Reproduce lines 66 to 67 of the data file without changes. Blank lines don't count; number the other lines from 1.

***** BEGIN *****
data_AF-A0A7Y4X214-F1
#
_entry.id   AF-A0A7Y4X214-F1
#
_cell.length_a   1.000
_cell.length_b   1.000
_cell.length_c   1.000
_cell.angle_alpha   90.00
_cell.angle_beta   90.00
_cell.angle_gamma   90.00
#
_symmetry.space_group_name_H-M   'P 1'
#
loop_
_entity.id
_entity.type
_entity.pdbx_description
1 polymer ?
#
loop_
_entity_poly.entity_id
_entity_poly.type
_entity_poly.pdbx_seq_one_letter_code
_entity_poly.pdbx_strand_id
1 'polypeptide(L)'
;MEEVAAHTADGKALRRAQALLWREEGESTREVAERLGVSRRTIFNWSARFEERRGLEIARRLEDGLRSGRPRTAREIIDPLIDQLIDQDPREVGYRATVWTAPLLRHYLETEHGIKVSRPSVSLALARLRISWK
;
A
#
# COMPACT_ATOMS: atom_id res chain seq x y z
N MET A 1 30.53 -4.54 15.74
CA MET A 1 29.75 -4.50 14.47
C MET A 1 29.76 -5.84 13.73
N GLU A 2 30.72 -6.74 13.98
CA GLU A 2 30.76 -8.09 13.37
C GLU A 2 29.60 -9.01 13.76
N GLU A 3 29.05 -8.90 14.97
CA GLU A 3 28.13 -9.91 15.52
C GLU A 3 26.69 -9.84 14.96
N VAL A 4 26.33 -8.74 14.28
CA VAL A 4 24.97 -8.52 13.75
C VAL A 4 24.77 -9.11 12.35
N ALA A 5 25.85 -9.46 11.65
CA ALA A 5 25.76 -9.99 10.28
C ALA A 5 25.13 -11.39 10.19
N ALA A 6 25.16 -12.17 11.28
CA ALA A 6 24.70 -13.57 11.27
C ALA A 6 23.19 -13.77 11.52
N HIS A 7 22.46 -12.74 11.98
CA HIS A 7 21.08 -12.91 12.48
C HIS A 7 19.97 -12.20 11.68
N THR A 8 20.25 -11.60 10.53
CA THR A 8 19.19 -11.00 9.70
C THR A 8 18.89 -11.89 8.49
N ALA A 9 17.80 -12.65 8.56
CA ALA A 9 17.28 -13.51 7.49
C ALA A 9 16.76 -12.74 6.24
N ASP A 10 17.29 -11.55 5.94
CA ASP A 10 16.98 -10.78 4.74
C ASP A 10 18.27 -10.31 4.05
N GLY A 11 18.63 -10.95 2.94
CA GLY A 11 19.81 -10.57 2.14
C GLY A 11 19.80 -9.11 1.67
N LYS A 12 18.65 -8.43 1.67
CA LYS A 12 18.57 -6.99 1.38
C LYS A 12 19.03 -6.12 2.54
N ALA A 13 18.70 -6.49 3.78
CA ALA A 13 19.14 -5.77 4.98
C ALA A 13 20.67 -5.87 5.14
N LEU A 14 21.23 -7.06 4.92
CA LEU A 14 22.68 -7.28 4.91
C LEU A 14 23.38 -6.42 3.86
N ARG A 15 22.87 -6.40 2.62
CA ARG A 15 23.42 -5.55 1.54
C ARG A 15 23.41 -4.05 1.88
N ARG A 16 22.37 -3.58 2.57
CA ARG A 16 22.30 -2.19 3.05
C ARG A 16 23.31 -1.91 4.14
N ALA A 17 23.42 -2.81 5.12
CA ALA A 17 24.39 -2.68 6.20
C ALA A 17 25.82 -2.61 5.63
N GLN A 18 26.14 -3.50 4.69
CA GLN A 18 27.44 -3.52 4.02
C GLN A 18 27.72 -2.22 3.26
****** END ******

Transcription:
C LYS A 12 19.03 -6.12 2.54
N ALA A 13 18.70 -6.49 3.78